By Marc Seltzer; originally published on December 9, 2009, at care2.com
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Should the unused TARP funds go to support middle class job creation or be used to pay down the deficit?
The question has arisen recently after the Treasury reported that its losses on the 350 billion dollars that Congress provided for the administration’s Troubled Assets Relief Program (TARP) are expected to be much lower than originally predicted.
The President and Democratic leaders are calling for a portion of the remaining funds (as much as $200 billiion) to be used for job creation programs. The President has outlined several ideas that the administration believes could help bring unemployment rates down faster than at the current rate of economic recovery:
- Small business financial assistance and tax breaks
- Unemployment benefits, cobra subsidies, and emergency assistence to seniors
- Additional infrastructure and incentives for home energy conservation
However, this money could alternatively be used to pay down the deficit and Republicans are calling for committing all of the funds to deficit reduction.
The PBS Newshour recently featured a brief debate between Princeton Professor and Nobel Laureat economist Paul Krugman and columnist and former Treasury official and Reagan administration advisor Bruce Bartlett on whether President Obama should direct unused TARP funds towards creating jobs or paying down the deficit.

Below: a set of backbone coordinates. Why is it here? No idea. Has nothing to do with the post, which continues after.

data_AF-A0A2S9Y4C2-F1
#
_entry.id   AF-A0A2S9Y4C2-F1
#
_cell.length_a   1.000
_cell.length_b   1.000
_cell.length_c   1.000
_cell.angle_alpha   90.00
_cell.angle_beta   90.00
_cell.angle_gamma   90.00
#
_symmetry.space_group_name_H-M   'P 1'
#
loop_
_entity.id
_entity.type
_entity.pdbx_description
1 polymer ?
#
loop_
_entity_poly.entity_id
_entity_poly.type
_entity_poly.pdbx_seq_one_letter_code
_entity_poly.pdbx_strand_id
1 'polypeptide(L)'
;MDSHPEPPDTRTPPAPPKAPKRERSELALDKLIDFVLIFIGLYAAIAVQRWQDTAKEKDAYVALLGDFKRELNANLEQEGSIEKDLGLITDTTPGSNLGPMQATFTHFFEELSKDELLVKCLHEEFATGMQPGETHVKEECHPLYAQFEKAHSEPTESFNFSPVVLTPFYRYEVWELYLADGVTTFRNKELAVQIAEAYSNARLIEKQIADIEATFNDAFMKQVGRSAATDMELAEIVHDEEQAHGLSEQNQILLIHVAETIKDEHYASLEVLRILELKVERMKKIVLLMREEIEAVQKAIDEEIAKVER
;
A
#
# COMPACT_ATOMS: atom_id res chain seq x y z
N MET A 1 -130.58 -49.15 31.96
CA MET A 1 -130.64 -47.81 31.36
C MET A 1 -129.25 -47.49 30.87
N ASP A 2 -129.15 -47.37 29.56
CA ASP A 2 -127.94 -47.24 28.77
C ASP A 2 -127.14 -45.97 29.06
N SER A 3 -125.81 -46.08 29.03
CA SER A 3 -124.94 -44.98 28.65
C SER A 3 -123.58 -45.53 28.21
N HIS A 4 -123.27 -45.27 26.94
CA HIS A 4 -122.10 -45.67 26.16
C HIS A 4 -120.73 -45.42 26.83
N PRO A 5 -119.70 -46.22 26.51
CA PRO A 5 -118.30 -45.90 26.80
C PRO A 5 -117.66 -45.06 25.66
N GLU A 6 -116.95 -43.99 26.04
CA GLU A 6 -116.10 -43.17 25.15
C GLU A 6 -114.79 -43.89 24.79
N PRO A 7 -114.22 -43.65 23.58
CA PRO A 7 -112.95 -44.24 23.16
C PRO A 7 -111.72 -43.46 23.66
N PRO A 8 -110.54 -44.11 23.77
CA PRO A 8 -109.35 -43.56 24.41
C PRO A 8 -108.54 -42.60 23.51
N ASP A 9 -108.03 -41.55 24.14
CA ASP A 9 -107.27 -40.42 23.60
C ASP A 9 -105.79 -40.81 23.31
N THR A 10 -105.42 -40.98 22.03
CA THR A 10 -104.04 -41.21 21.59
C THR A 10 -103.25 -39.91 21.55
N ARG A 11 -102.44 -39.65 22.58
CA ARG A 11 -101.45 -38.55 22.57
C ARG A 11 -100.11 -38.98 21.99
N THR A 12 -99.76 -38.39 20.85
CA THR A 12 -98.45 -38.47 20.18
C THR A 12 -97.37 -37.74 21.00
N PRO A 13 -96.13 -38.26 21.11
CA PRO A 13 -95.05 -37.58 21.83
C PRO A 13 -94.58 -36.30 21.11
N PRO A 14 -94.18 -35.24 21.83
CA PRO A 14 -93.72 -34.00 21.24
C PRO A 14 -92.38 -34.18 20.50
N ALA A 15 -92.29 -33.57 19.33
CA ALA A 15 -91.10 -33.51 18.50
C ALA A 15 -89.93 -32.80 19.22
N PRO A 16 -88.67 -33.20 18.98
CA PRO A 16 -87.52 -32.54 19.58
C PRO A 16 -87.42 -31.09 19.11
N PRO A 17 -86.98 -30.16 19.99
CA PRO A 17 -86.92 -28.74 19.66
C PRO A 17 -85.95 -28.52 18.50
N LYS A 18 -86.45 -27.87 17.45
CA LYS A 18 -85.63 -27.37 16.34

Krugman called for action on the basis that the unemployment rate was devastating and unacceptable. He noted that unemployment was expected to remain far higher than normal in the next two years. Extended unemployment would cause lasting harm to people who were forced to use up their savings and cause long-term damage to future employment prospects, he argued.
Bartlett cautioned that Congress had appropriated the money specifically to help financial institutions under TARP and that it should not be rerouted without congressional approval. While he said he was “agnostic” about the President’s ideas for job creation, he did not support action now because Congress had already enacted substantial stimulus legislation.
Paul Krugman: “And we have what is really an ongoing economic emergency. I mean, this — it’s not just that we’re not creating jobs. The level of unemployment we have got is doing enormous damage. So, I think the president is justified in reaching for whatever mechanism he can.
If — if he can say — you know, it really doesn’t make a difference in terms of the economics, where it’s funded from. If he can say, look, what we’re doing is redirecting funds, and make it happen, then he needs to do it, because, ultimately, what we have is a jobs crisis. Action must be taken. I think the paperwork is relatively less important at this point.”
BRUCE BARTLETT: “Well, I thought, if we were facing the kind of crisis situation that we were when TARP and the original stimulus were enacted, that would be one thing. But I don’t think we’re facing that. I think we have — we did enact the stimulus. The money is — there’s a lot of money still to come from that in the pipeline. I think we have only spent about a fourth of it so far.
The unemployment rate is coming down. I think that there’s a case for, let’s wait a little while. Why not wait until after the president submits his budget in February? Why rush to act this minute?”
With high deficits and high unemployment there are strong competing interests for the money. What do you think is the most important priority at this time?
For a podcast conversation on jobs stimulus between care2.com blogger Jessica Pieklo and myself, follow this link and click on the December 9, 2009, podcast.
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